Pant, A.

Peng, X.

W. Yan, X. Peng, D. Lin, Q. Wang, J. Gao, T. Luo, J. Zhou, T. Ye, J. Qu, and H. Niu, “Fluorescence microendoscopy imaging based on GRIN lenses with one- and two-photon excitation modes,” Front. Optoelectron. 8(2), 177–182 (2015).
[Crossref]

Perchant, A.

E. Laemmel, M. Genet, G. Le Goualher, A. Perchant, J.-F. Le Gargasson, and E. Vicaut, “Fibered confocal fluorescence microscopy (Cell-viZio) facilitates extended imaging in the field of microcirculation,” J. Vasc. Res. 41(5), 400–411 (2004).
[Crossref] [PubMed]

Polglase, A. L.

A. L. Polglase, W. J. McLaren, S. A. Skinner, R. Kiesslich, M. F. Neurath, and P. M. Delaney, “A fluorescence confocal endomicroscope for in vivo microscopy of the upper-and the lower-GI tract,” Gastrointest. Endosc. 62(5), 686–695 (2005).
[Crossref] [PubMed]

Potma, E. O.

Ptok, M.

S. Donner, S. Bleeker, T. Ripken, M. Ptok, M. Jungheim, and A. Krueger, “Automated working distance adjustment enables optical coherence tomography of the human larynx in awake patients,” J. Med. Imaging. 2(2), 026003 (2015).
[Crossref]

Puorishaag, M.

P. Kim, M. Puorishaag, D. Ct, C. P. Lin, and S. H. Yun, “In vivo confocal and multiphoton microendoscopy,” J. Biomed. Opt. 13(1), 010501 (2008).
[Crossref] [PubMed]

Qiu, Z.

Qu, J.

W. Yan, X. Peng, D. Lin, Q. Wang, J. Gao, T. Luo, J. Zhou, T. Ye, J. Qu, and H. Niu, “Fluorescence microendoscopy imaging based on GRIN lenses with one- and two-photon excitation modes,” Front. Optoelectron. 8(2), 177–182 (2015).
[Crossref]

Ripken, T.

S. Donner, S. Bleeker, T. Ripken, M. Ptok, M. Jungheim, and A. Krueger, “Automated working distance adjustment enables optical coherence tomography of the human larynx in awake patients,” J. Med. Imaging. 2(2), 026003 (2015).
[Crossref]

Russell, S.

Sarunic, M. V.

S. Han, M. V. Sarunic, J. Wu, M. Humayun, and C. Yang, “Handheld forward-imaging needle endoscope for ophthalmic optical coherence tomography inspection,” J. Biomed. Opt. 13(2), 020505 (2008).
[Crossref] [PubMed]

Schnitzer, M. J.

R. P. Barretto, B. Messerschmidt, and M. J. Schnitzer, “In vivo fluorescence imaging with high-resolution microlenses,” Nat. Methods 6(7), 511–512 (2009).
[Crossref] [PubMed]

J. C. Jung and M. J. Schnitzer, “Multiphoton endoscopy,” Opt. Lett. 28(11), 902–904 (2003).
[Crossref] [PubMed]

Singh, K.

K. Singh, D. Yamada, and G. Tearney, “Common path side viewing monolithic ball lens probe for optical coherence tomography,” Mod. Tech. in Med. 7(1), 29–33 (2015).

Skinner, S. A.

A. L. Polglase, W. J. McLaren, S. A. Skinner, R. Kiesslich, M. F. Neurath, and P. M. Delaney, “A fluorescence confocal endomicroscope for in vivo microscopy of the upper-and the lower-GI tract,” Gastrointest. Endosc. 62(5), 686–695 (2005).
[Crossref] [PubMed]

Smith, A.

Southern, J. F.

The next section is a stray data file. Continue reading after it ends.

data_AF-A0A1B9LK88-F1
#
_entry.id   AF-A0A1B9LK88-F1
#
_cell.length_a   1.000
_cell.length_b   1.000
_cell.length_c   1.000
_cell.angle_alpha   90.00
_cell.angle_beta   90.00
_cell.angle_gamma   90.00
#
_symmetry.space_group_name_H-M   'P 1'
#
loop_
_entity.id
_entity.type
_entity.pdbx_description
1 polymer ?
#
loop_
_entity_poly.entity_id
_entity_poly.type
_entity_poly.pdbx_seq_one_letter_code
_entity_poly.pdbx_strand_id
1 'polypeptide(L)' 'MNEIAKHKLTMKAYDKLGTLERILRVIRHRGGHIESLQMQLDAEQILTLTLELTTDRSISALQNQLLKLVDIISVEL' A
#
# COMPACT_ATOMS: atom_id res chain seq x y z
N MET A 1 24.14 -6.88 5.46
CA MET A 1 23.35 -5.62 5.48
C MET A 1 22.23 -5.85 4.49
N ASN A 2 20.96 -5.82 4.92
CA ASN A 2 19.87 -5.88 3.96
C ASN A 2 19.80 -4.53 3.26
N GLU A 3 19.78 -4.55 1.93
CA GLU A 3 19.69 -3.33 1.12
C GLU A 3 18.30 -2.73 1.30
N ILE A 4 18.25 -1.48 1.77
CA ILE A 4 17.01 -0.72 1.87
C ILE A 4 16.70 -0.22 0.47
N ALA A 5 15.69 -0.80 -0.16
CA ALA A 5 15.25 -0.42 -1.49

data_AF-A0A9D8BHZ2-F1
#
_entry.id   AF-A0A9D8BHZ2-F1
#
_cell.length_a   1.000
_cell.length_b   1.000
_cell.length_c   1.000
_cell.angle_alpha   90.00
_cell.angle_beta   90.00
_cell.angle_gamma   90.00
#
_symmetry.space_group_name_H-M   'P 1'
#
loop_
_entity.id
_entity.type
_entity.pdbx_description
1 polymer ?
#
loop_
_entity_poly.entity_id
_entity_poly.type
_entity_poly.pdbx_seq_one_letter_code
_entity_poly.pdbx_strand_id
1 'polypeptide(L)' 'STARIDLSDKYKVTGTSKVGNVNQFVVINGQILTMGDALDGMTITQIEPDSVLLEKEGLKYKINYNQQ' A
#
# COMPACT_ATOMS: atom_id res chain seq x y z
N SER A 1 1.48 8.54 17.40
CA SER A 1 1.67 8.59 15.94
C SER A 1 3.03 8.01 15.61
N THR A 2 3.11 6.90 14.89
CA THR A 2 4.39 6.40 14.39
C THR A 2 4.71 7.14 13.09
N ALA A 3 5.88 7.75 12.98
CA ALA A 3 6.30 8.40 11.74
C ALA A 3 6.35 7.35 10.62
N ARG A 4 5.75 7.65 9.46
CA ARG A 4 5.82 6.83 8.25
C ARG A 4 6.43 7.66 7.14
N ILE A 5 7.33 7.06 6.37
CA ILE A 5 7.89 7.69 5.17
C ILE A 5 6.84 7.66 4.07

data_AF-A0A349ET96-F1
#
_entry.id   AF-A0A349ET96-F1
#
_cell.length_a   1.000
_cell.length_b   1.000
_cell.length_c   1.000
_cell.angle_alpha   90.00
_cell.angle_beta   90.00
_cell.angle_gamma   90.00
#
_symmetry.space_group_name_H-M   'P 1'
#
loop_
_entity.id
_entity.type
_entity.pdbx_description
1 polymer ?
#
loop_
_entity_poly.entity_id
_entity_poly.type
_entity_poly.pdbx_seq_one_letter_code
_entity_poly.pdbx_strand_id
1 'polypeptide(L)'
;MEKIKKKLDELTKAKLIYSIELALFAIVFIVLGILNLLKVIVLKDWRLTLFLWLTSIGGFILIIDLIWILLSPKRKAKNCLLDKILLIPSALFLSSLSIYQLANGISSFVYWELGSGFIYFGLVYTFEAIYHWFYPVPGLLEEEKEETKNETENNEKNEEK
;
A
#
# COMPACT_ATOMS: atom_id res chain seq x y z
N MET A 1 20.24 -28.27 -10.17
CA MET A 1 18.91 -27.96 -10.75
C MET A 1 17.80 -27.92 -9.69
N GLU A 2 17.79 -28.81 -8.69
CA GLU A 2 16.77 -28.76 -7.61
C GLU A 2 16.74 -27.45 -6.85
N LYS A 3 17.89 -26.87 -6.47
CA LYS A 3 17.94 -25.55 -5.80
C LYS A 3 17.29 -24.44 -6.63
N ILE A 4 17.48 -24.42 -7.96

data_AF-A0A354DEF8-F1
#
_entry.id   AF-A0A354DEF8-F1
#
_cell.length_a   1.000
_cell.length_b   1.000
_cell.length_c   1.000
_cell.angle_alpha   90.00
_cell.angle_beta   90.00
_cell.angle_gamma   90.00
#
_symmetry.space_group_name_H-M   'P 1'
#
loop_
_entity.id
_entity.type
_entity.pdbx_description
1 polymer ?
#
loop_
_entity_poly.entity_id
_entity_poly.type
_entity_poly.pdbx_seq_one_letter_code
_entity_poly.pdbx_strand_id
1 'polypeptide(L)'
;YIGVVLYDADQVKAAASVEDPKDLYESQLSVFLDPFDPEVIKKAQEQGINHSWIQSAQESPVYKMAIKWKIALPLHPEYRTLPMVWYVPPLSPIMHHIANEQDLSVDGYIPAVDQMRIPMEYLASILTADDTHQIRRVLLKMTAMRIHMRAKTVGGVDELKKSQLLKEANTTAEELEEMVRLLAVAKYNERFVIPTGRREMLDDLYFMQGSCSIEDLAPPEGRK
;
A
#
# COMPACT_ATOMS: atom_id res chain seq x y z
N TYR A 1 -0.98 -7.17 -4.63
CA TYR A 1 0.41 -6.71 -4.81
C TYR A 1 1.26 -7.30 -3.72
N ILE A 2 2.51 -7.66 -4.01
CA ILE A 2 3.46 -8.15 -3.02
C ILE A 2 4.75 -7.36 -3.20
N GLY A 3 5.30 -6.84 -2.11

Tearney, G.

K. Singh, D. Yamada, and G. Tearney, “Common path side viewing monolithic ball lens probe for optical coherence tomography,” Mod. Tech. in Med. 7(1), 29–33 (2015).

Tearney, G. J.

Thiberville, L.

G. Ducourthial, P. Leclerc, T. Mansuryan, M. Fabert, J. Brevier, R. Habert, F. Braud, R. Batrin, C. Vever-Bizet, G. Bourg-Heckly, L. Thiberville, A. Druilhe, A. Kudlinski, and F. Louradour, “Development of a real-time flexible multiphoton microendoscope for label-free imaging in a live animal,” Sci. Rep. 5, 18303 (2015).
[Crossref] [PubMed]

Tian, G.

Träger, F.

F. Träger, Springer Handbook of Lasers and Optics (SpringerNew York, 2007).
[Crossref]

Tromberg, B. J.

Vever-Bizet, C.

G. Ducourthial, P. Leclerc, T. Mansuryan, M. Fabert, J. Brevier, R. Habert, F. Braud, R. Batrin, C. Vever-Bizet, G. Bourg-Heckly, L. Thiberville, A. Druilhe, A. Kudlinski, and F. Louradour, “Development of a real-time flexible multiphoton microendoscope for label-free imaging in a live animal,” Sci. Rep. 5, 18303 (2015).
[Crossref] [PubMed]

Vicaut, E.

E. Laemmel, M. Genet, G. Le Goualher, A. Perchant, J.-F. Le Gargasson, and E. Vicaut, “Fibered confocal fluorescence microscopy (Cell-viZio) facilitates extended imaging in the field of microcirculation,” J. Vasc. Res. 41(5), 400–411 (2004).
[Crossref] [PubMed]

Wang, C.

Wang, J.

Wang, Q.

W. Yan, X. Peng, D. Lin, Q. Wang, J. Gao, T. Luo, J. Zhou, T. Ye, J. Qu, and H. Niu, “Fluorescence microendoscopy imaging based on GRIN lenses with one- and two-photon excitation modes,” Front. Optoelectron. 8(2), 177–182 (2015).
[Crossref]

Wang, T. D.

Weissman, N. J.

Wilson, T.

T. Wilson, “Resolution and optical sectioning in the confocal microscope,” J. Microsc. 244(2), 113–121 (2011).
[Crossref] [PubMed]

Wu, J.

S. Han, M. V. Sarunic, J. Wu, M. Humayun, and C. Yang, “Handheld forward-imaging needle endoscope for ophthalmic optical coherence tomography inspection,” J. Biomed. Opt. 13(2), 020505 (2008).
[Crossref] [PubMed]

Wynne, C. G.

C. G. Wynne, “Flat-field microscope objective,” J. Sci. Instrum. 38(3), 92 (1961).
[Crossref]

Xie, X. S.

Yamada, D.

K. Singh, D. Yamada, and G. Tearney, “Common path side viewing monolithic ball lens probe for optical coherence tomography,” Mod. Tech. in Med. 7(1), 29–33 (2015).

Yan, W.

W. Yan, X. Peng, D. Lin, Q. Wang, J. Gao, T. Luo, J. Zhou, T. Ye, J. Qu, and H. Niu, “Fluorescence microendoscopy imaging based on GRIN lenses with one- and two-photon excitation modes,” Front. Optoelectron. 8(2), 177–182 (2015).
[Crossref]

Yang, C.